And now its time for a multivariate stats geek out.

The statistics that we use determine the inferences we draw from our data. The more statistical tools you learn to use, the more likely you are likely to slip on a loose bit of data, and stab yourself in the eyeball with your swiss-army-knife of p values. It’s happened to all of us, and it is rarely due to willful misconduct. Rather, it’s a misunderstanding, or even being taught something improperly.

I was given a sharp reminder of this recently while doing some work on how to breakdown some repeated measures MANOVAs- useful for dealing with violations of sphericity, etc. However, I fell across this wonderful little ditty by Keselman et al – *Statistical Practices of Educational Researchers: An Analysis of their ANOVA, MANOVA, and ANCOVA Analyses* (yes, as an Ecologist, I love reading stats papers from other disciplines – I actually find it often more helpful than reading ones in my own discipline).

Now, everything in my own work was A-OK, but I found this note on the usage of MANOVA fascinating. (bolded phrases are mine)

In an overwhelming 84% (n = 66) of the studies, researchers never used the results of the MANOVA(s) to explain effects of the grouping variable(s). Instead, they interpreted the results of multiple univariate analyses. In other words, the substantive conclusions were drawn from the multiple univariate results rather than from the MANOVA.

With the discovery of the use of such univariate methods, one may ask: Why were the MANOVAs conducted in the first place?Applied researchers should remember that MANOVA tests linear combinations of the outcome variables (determined by the variable intercorrelations) and therefore does not yield results that are in any way comparable with a collection of separate univariate tests.

Although it was not indicated in any article, it was surmised that researchers followed the MANOVA-univariate data analysis strategy for protection from excessive Type I errors in univariate statistical testing.This data analysis strategy may not be overly surprising, because it has been suggested by some book authors (e.g., Stevens, 1996, p. 152; Tabachnick & Fidell, 1996, p. 376). There is very limited empirical support for this strategy. A counter position may be stated simply as follows:Do not conduct a MANOVA unless it is the multivariate effects that are of substantive interest.If the univariate effects are those of interest, then it is suggested that the researcher go directly to the univariate analyses and bypass MANOVA. When doing the multiple univariate analyses, if control over the overall Type I error is of concern (as it often should be), then a Bonferroni (Huberty, 1994, p. 17) adjustment or a modified Bonferroni adjustment may be made (for a more extensive discussion on the MANOVA versus multiple ANOVAs issue, see Huberty & Morris, 1989).Focusing on results of multiple univariate analyses preceded by a MANOVA is no more logical than conducting an omnibus ANOVA but focusing on results of group contrast analyses (Olejnik & Huberty, 1993).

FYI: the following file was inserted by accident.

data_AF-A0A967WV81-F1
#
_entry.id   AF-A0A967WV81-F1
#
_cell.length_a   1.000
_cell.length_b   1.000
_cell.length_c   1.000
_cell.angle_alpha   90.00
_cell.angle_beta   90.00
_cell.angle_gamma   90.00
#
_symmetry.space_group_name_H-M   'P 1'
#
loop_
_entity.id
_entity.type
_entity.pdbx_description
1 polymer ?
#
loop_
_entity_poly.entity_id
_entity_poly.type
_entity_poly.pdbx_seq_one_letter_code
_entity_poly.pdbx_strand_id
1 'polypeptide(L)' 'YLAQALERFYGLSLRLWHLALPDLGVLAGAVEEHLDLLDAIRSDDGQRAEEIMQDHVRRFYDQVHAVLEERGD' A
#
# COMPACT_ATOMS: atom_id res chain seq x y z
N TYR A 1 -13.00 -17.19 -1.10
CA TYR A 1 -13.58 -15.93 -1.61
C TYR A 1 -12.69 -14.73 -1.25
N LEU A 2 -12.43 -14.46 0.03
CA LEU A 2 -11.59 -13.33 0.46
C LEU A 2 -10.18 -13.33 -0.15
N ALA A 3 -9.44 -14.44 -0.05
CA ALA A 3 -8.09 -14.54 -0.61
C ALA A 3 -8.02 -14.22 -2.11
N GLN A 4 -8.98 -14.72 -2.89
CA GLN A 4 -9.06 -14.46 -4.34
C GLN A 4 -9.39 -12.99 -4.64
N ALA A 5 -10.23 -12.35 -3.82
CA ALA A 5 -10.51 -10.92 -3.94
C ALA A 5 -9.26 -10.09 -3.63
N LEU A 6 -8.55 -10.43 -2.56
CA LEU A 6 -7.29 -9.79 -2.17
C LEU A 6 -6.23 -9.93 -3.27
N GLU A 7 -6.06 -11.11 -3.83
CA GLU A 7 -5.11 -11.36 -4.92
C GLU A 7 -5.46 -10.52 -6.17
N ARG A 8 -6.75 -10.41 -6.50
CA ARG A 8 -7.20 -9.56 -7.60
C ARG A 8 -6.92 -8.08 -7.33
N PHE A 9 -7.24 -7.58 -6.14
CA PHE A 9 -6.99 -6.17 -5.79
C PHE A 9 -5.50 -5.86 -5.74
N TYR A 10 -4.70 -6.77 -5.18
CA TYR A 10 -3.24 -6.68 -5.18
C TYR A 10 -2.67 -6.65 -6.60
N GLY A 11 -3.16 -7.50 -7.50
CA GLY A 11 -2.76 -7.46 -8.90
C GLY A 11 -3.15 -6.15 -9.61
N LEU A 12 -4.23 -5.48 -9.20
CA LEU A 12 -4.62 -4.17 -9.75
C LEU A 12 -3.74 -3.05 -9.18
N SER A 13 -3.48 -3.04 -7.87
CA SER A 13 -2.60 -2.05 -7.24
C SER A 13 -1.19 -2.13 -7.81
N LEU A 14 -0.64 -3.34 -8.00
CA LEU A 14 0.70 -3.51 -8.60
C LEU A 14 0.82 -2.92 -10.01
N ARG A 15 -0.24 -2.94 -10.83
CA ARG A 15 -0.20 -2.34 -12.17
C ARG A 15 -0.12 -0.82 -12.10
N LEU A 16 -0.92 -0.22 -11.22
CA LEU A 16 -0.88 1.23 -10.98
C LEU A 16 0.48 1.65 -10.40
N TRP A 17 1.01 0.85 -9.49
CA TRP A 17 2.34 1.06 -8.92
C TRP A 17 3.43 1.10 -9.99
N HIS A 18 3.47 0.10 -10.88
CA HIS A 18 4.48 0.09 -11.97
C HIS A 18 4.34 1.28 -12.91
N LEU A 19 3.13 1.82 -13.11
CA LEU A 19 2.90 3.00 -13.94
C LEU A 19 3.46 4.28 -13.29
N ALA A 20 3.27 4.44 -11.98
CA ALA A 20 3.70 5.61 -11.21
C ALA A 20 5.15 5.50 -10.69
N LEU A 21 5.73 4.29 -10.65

I, for one, was dumbstruck. This is EXACTLY why more than one of my stats teachers have told me MANOVA was most useful. I even have advised others to do this myself – like the child of some statistically abusive parent. But really, if the point is controlling for type I error, why not do a Bonferroni or (my personal favorite) a False Discovery Rate correction? To invoke the MANOVA like some arcane form of magic is disingenuous to your data. Now, if you’re interested in the canonical variables, and what they say, then by all means! Do it! But if not, you really have to ask whether you’re following a blind recipe, or if you understand what you are up to.

This paper is actually pretty brilliant in documenting a number of things like this that we scientists do with our ANOVA, ANCOVA, and MANOVA. It’s worth reading just for that, and to take a good sharp look in the statistical mirror.

H. J. Keselman, C. J. Huberty, L. M. Lix, S. Olejnik, R. A. Cribbie, B. Donahue, R. K. Kowalchuk, L. L. Lowman, M. D. Petoskey, J. C. Keselman, J. R. Levin (1998). Statistical Practices of Educational Researchers: An Analysis of their ANOVA, MANOVA, and ANCOVA Analyses Review of Educational Research, 68 (3), 350-386 DOI: 10.3102/00346543068003350